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The Democratic Strategist

Political Strategy for a Permanent Democratic Majority

Political Strategy Notes

An excerpt from Geoffrey Skelley’s “The Latest Swing State Polls Look Good For Biden” at FiveThirtyEight: “As for the polling picture in the Sun Belt states — Arizona, Georgia and Texas — they all seemed more or less in line with what you would expect, once you account for Biden’s lead in the national polls and how these states voted in 2016. But they do signal potential trouble for Trump. For instance, the fact that Trump carried Arizona by 3.5 points in 2016 seems to have been erased by Biden’s polling lead. On average, Biden led by 3 points, including a high-quality early June survey from Fox News that showed him up 4 points. In Georgia and Texas, on the other hand, Trump was still in the lead, by 1 and 2 points, respectively. Yet this is not as cushy of a margin as one would expect for Trump, considering he carried Georgia by 5 points and Texas by 9 points in 2016. If this trio of states are all in play — and Arizona is possibly even leaning Democratic — that would give Biden many additional paths to 270 electoral votes…Polls in Florida, the über swing state, also tilted slightly toward Biden, though we didn’t have much in the way of high-quality polls here. These surveys all gave Biden a narrow lead ranging from 1 to 5 points. Meanwhile, North Carolina’s eight polls suggest a competitive race in the state — collectively, the results ranged from Trump by 3 points to Biden by 4 points, averaging out to about even.”

In “Other Polling Bites, Skelley notes, “60 percent of people who said they intended to vote for Biden in November said their support for Biden is more “a vote against Donald Trump” than “a vote for Joe Biden,” according to a new CNN/SSRS poll, while just 37 percent of Biden backers said that their support for Biden was more a vote for him. Conversely, 70 percent of Trump backers said that their support of Trump was more a vote for him than against Biden, while just 27 percent described it as more a vote against Biden than a vote for Trump.”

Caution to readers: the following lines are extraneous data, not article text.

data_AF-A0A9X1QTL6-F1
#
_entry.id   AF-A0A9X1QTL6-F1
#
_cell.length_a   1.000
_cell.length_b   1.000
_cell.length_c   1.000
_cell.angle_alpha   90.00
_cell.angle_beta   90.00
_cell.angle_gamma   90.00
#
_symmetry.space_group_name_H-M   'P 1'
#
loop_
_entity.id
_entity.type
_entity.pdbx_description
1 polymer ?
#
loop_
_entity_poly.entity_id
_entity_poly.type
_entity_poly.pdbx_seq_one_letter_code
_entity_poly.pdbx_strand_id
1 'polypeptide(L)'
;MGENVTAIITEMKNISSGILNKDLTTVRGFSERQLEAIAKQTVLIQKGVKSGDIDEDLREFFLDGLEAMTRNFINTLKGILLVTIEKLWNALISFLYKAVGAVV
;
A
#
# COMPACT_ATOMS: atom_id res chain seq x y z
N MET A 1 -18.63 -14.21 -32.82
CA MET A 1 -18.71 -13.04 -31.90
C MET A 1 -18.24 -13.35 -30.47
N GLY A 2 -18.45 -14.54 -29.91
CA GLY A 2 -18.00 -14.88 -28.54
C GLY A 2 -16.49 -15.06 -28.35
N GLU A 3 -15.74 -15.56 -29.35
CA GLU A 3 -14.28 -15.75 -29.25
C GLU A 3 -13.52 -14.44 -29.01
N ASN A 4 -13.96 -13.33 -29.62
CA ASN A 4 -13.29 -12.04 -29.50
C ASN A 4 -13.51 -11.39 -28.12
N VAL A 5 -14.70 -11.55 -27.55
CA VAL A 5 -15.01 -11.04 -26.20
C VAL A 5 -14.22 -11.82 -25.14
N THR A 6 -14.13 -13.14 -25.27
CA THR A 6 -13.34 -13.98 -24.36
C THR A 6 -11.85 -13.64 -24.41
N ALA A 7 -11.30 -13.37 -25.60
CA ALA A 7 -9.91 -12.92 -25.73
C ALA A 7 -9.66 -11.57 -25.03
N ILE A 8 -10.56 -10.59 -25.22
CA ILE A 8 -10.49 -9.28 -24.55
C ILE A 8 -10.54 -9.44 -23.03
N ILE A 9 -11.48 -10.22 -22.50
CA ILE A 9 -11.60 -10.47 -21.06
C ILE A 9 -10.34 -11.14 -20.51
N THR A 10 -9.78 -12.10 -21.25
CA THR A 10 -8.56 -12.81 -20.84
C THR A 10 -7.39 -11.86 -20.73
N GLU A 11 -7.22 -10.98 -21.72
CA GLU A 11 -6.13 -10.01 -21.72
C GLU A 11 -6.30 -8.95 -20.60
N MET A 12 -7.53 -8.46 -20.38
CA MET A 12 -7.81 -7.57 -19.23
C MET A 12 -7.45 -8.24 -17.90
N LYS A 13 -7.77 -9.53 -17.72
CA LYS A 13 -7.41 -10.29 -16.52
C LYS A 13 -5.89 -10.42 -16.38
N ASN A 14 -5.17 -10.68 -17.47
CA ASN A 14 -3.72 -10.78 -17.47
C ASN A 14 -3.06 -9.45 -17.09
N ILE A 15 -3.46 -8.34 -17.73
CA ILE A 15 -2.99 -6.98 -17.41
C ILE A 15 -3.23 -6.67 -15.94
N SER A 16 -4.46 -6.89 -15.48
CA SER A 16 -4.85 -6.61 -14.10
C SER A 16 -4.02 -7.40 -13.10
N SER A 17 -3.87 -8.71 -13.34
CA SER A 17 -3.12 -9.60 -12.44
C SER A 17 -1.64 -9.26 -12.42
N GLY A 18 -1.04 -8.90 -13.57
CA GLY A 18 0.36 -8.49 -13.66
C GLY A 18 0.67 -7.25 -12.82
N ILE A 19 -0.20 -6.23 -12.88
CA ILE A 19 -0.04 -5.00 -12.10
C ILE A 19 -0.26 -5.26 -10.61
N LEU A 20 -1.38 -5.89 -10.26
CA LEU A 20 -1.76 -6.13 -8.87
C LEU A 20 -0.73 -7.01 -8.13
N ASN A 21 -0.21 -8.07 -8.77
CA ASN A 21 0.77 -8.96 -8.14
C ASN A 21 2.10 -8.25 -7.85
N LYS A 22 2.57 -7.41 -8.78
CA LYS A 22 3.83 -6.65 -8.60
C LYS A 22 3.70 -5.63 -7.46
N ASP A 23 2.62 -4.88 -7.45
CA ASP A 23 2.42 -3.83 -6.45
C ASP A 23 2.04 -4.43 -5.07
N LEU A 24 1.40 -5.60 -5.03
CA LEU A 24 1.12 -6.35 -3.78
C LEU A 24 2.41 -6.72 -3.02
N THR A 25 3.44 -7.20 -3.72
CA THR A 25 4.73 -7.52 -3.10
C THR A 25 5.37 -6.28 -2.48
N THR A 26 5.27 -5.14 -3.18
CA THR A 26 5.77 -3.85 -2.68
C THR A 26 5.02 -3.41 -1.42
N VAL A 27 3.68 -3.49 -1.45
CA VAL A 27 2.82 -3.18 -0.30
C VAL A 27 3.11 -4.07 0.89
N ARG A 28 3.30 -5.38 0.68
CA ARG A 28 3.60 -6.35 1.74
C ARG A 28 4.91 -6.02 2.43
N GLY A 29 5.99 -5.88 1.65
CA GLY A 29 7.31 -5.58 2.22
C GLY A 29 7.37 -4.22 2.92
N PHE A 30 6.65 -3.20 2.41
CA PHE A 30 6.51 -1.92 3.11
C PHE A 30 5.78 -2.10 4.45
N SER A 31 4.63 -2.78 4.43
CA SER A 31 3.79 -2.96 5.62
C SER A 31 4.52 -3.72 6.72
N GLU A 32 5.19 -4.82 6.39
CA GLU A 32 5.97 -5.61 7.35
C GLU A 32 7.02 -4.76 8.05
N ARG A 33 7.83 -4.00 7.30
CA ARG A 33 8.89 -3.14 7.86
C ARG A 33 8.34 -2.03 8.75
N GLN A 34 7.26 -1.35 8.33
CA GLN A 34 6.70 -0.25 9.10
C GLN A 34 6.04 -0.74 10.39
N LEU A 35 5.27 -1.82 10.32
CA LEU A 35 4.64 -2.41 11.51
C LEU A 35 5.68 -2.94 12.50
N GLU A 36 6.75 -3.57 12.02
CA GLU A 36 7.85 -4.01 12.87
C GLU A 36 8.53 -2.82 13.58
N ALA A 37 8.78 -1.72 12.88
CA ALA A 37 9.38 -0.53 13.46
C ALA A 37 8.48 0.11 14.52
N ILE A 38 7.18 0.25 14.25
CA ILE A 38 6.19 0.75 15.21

In “The Tea Party’s Last Stand: The legions that swept over the Republican Party in 2010 aren’t ascendant today—and they’ve scared a lot of other Republicans away,” Stanley B. Greenberg writes about Trump’s supporters at The American Prospect: “His relentless, venomous base strategy has created a bloc of Republican refugees who have nothing but contempt for his armed Tea Party, anti-stay-at-home protesters…The proportion of Republicans who call themselves moderates has dropped from 23 percent in 2018 to only 16 percent now. When the McCain conservatives are added to those moderates, they now constitute 35 percent of the party, down from 41 percent two years ago. That leaves President Trump with a secure hold over his enthusiastic base—but as I wrote in March in The Atlantic, the Republican Party is “a diminished party” that is “shedding voters.”…When Trump took office, about 39 to 40 percent of Americans identified with the Republican Party. That fell to about 35 to 36 percent. Today, in the wake of the George Floyd protests, Republican identification has fallen to 33 percent.”…President Trump is trapped by a pandemic and protests that only magnify his insecurity and weak hold on his own party—and by his need to provoke a Tea Party to make its last stand.”